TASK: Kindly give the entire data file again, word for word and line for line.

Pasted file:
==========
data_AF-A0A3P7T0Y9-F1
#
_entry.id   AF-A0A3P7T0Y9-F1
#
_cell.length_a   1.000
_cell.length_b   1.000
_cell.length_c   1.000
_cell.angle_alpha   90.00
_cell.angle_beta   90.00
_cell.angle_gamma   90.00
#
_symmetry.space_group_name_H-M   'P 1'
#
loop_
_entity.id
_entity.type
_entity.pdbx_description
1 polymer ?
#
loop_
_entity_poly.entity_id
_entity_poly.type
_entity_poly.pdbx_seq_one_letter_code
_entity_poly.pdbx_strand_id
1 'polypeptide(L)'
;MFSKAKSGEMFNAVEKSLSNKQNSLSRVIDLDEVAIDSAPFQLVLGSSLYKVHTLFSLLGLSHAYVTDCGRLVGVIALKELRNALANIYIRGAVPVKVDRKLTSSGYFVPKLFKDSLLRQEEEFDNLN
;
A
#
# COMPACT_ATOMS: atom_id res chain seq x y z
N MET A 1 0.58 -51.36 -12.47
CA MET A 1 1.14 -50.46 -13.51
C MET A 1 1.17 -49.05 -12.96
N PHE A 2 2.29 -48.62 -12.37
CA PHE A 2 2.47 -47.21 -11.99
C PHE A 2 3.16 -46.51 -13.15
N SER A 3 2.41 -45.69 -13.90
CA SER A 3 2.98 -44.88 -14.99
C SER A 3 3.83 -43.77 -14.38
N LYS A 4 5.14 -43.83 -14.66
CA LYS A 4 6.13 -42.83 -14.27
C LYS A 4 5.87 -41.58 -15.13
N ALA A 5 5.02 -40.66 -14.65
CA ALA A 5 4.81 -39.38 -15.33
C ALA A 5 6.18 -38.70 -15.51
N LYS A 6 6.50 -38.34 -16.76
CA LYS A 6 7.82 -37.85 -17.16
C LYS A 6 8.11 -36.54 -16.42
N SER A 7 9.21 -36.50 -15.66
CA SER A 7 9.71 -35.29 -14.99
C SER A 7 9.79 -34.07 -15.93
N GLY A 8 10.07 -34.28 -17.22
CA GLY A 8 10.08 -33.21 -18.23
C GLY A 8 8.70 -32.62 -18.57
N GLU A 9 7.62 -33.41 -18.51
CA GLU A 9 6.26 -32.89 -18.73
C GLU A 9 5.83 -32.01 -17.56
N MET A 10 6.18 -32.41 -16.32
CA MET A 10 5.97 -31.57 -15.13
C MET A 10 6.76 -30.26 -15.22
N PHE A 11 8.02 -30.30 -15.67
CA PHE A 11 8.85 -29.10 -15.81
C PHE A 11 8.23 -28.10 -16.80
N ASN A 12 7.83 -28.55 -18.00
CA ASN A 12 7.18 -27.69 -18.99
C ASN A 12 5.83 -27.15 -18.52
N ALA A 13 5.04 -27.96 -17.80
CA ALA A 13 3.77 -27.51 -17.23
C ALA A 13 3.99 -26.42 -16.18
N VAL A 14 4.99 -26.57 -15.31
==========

data_AF-A0A3P7T0Y9-F1
#
_entry.id   AF-A0A3P7T0Y9-F1
#
_cell.length_a   1.000
_cell.length_b   1.000
_cell.length_c   1.000
_cell.angle_alpha   90.00
_cell.angle_beta   90.00
_cell.angle_gamma   90.00
#
_symmetry.space_group_name_H-M   'P 1'
#
loop_
_entity.id
_entity.type
_entity.pdbx_description
1 polymer ?
#
loop_
_entity_poly.entity_id
_entity_poly.type
_entity_poly.pdbx_seq_one_letter_code
_entity_poly.pdbx_strand_id
1 'polypeptide(L)'
;MFSKAKSGEMFNAVEKSLSNKQNSLSRVIDLDEVAIDSAPFQLVLGSSLYKVHTLFSLLGLSHAYVTDCGRLVGVIALKELRNALANIYIRGAVPVKVDRKLTSSGYFVPKLFKDSLLRQEEEFDNLN
;
A
#
# COMPACT_ATOMS: atom_id res chain seq x y z
N MET A 1 0.58 -51.36 -12.47
CA MET A 1 1.14 -50.46 -13.51
C MET A 1 1.17 -49.05 -12.96
N PHE A 2 2.29 -48.62 -12.37
CA PHE A 2 2.47 -47.21 -11.99
C PHE A 2 3.16 -46.51 -13.15
N SER A 3 2.41 -45.69 -13.90
CA SER A 3 2.98 -44.88 -14.99
C SER A 3 3.83 -43.77 -14.38
N LYS A 4 5.14 -43.83 -14.66
CA LYS A 4 6.13 -42.83 -14.27
C LYS A 4 5.87 -41.58 -15.13
N ALA A 5 5.02 -40.66 -14.65
CA ALA A 5 4.81 -39.38 -15.33
C ALA A 5 6.18 -38.70 -15.51
N LYS A 6 6.50 -38.34 -16.76
CA LYS A 6 7.82 -37.85 -17.16
C LYS A 6 8.11 -36.54 -16.42
N SER A 7 9.21 -36.50 -15.66
CA SER A 7 9.71 -35.29 -14.99
C SER A 7 9.79 -34.07 -15.93
N GLY A 8 10.07 -34.28 -17.22
CA GLY A 8 10.08 -33.21 -18.23
C GLY A 8 8.70 -32.62 -18.57
N GLU A 9 7.62 -33.41 -18.51
CA GLU A 9 6.26 -32.89 -18.73
C GLU A 9 5.83 -32.01 -17.56
N MET A 10 6.18 -32.41 -16.32
CA MET A 10 5.97 -31.57 -15.13
C MET A 10 6.76 -30.26 -15.22
N PHE A 11 8.02 -30.30 -15.67
CA PHE A 11 8.85 -29.10 -15.81
C PHE A 11 8.23 -28.10 -16.80
N ASN A 12 7.83 -28.55 -18.00
CA ASN A 12 7.18 -27.69 -18.99
C ASN A 12 5.83 -27.15 -18.52
N ALA A 13 5.04 -27.96 -17.80
CA ALA A 13 3.77 -27.51 -17.23
C ALA A 13 3.99 -26.42 -16.18
N VAL A 14 4.99 -26.57 -15.31